Tire Buying Guide

Choosing the Best Tire

Tire Types
When it comes time to replace your tires, it pays to know what is currently on your vehicle and to learn about your options. In most cases, you’ll want similar replacements, matching the size and speed rating. From there, you can use the ratings to find models that excel in the areas that may matter most to you, such as braking, handling, ride comfort, and noise.

All-Season Car Tires
All-season tires come in sizes to fit everything from small cars to light-duty SUVs and pickups. They are for drivers who want year-round traction, long treadwear, and a comfortable ride. But all-season tires typically lack the precise handling and grip of performance tires.
Speed ratings: None, S (112 mph), T (118 mph)
Treadwear warranty: None or 40,000 to 100,000 miles
Typical wheel size: 14 to 18 inches

Performance All-Season Car Tires

Performance all-season tires provide year-round grip tuned for enthusiastic driving. They have a higher speed rating than standard all-season tires, and they generally provide better handling and braking than regular all-seasons.

Speed ratings: H (130 mph), V (149 mph)
Treadwear warranty: None or 40,000 to 80,000 miles
Typical wheel size: 15 to 20 inches

Ultra-High-Performance Tires 

All-season and summer ultra-high-performance tires are commonly fitted to upscale sedans or sporty vehicles. All-season UHP tires are designed to provide good handling and responsive steering in wet and dry conditions, but the treadwear and ride comfort are common compromises. Summer UHP tires are not intended for cold weather and won’t grip in snowy or icy conditions. All-season versions may compromise some dry and wet grip to gain winter traction.
Speed ratings: ZR (149-plus mph), W (168 mph), Y (186 mph)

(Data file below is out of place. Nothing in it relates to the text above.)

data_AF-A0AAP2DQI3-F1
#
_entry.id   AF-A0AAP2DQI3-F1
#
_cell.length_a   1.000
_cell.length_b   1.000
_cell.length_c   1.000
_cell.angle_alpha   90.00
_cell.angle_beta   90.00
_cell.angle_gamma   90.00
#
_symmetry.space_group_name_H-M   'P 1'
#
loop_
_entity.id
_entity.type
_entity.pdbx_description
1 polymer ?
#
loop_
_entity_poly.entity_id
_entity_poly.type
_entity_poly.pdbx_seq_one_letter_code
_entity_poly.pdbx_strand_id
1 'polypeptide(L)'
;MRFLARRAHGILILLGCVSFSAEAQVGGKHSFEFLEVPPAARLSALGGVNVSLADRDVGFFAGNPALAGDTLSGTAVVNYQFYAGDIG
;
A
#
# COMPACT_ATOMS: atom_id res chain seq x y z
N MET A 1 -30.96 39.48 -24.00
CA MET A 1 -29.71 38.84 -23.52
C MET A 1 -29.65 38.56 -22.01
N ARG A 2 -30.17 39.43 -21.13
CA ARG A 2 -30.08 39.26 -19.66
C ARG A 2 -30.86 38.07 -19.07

Treadwear warranty: None or 30,000 to 60,000 miles
Typical wheel size: 17 to 22 inches

All-Season Truck Tires
All-season truck tires are designed for the heavy loads an SUV or pickup can move. These are well-rounded tires designed to perform well in most conditions.
Speed ratings: S (112 mph), T (118 mph), H (130 mph)
Treadwear warranty: None or 40,000 to 80,000 miles
Typical wheel size: 15 to 22 inches

All-Season SUV Tires
All-season SUV tires are specifically designed for modern SUVs, splitting the difference between car and truck tires. They are tuned for the performance, light-duty towing, and off-roading capabilities of those vehicles.
Speed ratings: T (118 mph), H (130 mph)
Treadwear warranty: 60,000 to 90,000 miles
Typical wheel size: 16 to 20 inches

All-Terrain Truck Tires
Engineered for more heavy-duty applications, all-terrain truck tires are suitable for use on paved roads and light off-road use. The more rugged tread is designed to provide added traction on unpaved and snowy roads.
Speed ratings: S (112 mph) for many
Treadwear warranty: None or 50,000 to 60,000 miles
Typical wheel size: 15 to 20 inches

How to Read a Tire Sidewall
Tires have a wealth of information encoded on their sidewalls. When replacing them, we recommend staying with the size and speed rating of your car’s original tires. Check your owner’s manual for more information.

Size: On the tire below, 215 is the cross-section width in millimeters; 60 is the ratio of sidewall height to its width (60 percent); R indicates radial-ply construction; and 16 is the wheel rim’s diameter in inches.

Load index: Shorthand for the weight each tire can carry safely. The 94 here means 1,477 pounds per tire—pretty typical for a midsized car tire. That’s the maximum tire load.

Speed rating: A letter denoting the tire’s maximum speed when carrying the load defined by the load index—and not how fast you should drive! Standard all-seasons are usually rated S (112 mph) or T (118 mph). Climbing up the scale are H (130 mph), V (149 mph), ZR (149-plus mph), W (168 mph), and Y (186 mph) ratings. Winter tires may carry the letter Q (99 mph) or higher.

Treadwear grade: A government-required number that indicates a tire’s expected wear. A grade of 300 denotes a tire that will wear three times as well as a tire graded 100. But the numbers are assigned by tire manufacturers, not an independent third party.

Traction and temperature scores: Those scores denote a tire’s wet-stopping ability and temperature resistance. For traction, AA is best, C is worst. For temperature resistance, scores range from A (best) to C.

Manufacture date code: Every tire has a Department of Transportation number after the letters on the sidewall. The last four digits show the week and year the tire was made; for example, the digits 2315 would signify that the tire was made during the 23rd week of 2015. Don’t buy tires more than a couple of years old.

An illustration showing how to read a tire sidewall to find information on load index, size, speed rating, treadwear grade, and more.